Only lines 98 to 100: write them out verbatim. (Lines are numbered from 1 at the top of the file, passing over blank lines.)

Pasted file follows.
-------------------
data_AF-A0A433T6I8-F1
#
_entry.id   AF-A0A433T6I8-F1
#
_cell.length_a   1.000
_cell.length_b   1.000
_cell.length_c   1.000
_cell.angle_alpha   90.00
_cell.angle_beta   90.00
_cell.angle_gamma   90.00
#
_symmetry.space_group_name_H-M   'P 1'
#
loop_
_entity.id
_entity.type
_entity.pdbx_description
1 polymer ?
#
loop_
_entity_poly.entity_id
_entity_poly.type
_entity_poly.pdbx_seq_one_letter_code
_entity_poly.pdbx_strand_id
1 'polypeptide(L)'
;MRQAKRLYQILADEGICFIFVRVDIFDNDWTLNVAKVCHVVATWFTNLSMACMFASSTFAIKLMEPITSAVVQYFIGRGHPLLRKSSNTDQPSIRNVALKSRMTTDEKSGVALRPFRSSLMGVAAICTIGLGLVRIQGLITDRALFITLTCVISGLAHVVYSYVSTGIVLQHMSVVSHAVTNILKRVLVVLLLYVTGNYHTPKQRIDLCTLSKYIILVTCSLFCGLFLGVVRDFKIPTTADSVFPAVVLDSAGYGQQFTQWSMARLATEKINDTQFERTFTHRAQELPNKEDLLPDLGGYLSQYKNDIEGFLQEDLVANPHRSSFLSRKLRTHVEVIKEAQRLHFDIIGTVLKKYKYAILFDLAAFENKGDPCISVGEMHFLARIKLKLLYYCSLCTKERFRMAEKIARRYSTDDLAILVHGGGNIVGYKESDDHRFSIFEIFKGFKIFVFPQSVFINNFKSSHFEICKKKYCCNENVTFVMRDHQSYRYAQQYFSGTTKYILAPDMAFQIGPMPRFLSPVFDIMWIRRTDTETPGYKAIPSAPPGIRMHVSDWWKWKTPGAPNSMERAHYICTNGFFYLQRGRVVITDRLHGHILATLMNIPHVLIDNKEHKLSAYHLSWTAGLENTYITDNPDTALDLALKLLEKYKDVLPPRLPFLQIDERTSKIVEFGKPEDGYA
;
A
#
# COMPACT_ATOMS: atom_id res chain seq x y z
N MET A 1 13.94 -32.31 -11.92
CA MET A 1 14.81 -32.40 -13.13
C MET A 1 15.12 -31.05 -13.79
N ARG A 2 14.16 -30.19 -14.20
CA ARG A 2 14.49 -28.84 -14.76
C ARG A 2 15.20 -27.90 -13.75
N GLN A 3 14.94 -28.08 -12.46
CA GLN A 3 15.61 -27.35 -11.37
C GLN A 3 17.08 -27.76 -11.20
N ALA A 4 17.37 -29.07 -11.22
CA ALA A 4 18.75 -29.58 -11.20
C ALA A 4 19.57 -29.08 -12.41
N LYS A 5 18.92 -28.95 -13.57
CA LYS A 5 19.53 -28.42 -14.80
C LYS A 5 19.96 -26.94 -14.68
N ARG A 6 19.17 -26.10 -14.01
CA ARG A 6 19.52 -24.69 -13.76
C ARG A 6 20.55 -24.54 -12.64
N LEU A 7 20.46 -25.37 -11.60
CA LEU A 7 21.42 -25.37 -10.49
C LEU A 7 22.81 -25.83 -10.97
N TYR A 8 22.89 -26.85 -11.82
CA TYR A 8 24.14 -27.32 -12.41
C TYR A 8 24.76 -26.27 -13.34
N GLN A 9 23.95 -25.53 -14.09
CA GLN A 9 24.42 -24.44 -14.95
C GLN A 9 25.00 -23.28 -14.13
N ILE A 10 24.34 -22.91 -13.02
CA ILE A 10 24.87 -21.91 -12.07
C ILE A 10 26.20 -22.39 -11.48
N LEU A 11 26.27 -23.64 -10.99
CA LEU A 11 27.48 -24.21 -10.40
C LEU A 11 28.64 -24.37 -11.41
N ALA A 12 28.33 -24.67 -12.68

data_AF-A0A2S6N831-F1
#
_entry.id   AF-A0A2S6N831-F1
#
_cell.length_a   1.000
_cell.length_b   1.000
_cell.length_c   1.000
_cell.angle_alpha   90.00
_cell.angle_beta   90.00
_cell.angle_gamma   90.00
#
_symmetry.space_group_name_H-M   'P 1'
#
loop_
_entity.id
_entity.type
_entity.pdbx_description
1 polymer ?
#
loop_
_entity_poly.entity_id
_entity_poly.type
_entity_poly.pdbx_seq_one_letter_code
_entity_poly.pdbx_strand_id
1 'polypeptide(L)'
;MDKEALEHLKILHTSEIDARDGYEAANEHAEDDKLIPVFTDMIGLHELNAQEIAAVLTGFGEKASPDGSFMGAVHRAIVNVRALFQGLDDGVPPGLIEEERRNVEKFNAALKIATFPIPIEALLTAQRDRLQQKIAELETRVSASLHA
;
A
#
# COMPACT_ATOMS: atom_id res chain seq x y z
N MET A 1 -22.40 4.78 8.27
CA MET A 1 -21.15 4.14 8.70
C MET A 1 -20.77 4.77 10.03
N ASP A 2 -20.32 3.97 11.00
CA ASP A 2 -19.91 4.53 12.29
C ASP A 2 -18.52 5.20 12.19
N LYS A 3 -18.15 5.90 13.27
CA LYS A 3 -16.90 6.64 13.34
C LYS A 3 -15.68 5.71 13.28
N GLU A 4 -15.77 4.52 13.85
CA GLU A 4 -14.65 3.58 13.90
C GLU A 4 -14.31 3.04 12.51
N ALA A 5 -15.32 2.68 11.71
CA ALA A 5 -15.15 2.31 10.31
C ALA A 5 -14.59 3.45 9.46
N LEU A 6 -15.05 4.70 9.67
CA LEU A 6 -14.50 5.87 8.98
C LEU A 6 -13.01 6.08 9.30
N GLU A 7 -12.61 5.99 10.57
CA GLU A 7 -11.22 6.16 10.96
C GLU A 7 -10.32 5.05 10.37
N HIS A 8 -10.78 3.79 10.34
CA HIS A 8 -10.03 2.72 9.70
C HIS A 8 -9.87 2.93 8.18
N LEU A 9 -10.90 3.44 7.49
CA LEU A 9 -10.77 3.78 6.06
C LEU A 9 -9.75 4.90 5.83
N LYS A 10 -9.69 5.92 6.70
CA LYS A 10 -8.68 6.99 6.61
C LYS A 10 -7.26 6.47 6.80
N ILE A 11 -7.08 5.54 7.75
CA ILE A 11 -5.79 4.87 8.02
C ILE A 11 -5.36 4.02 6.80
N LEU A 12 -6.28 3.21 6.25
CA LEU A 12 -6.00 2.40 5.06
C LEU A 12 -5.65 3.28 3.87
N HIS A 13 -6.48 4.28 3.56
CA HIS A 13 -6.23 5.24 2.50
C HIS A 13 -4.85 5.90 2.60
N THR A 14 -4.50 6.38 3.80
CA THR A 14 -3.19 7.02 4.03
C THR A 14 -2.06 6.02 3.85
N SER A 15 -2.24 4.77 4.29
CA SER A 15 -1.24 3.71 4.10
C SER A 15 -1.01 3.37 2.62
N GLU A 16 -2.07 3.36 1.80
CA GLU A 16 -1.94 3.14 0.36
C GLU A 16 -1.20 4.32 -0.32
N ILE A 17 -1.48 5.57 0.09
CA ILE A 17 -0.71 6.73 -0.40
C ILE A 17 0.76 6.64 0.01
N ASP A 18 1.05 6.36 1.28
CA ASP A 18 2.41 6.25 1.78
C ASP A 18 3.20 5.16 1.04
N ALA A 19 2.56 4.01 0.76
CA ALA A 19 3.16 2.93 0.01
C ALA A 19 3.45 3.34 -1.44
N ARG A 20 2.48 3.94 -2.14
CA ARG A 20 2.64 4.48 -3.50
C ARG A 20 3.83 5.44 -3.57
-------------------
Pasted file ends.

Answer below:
N ASP A 2 -20.32 3.97 11.00
CA ASP A 2 -19.91 4.53 12.29
C ASP A 2 -18.52 5.20 12.19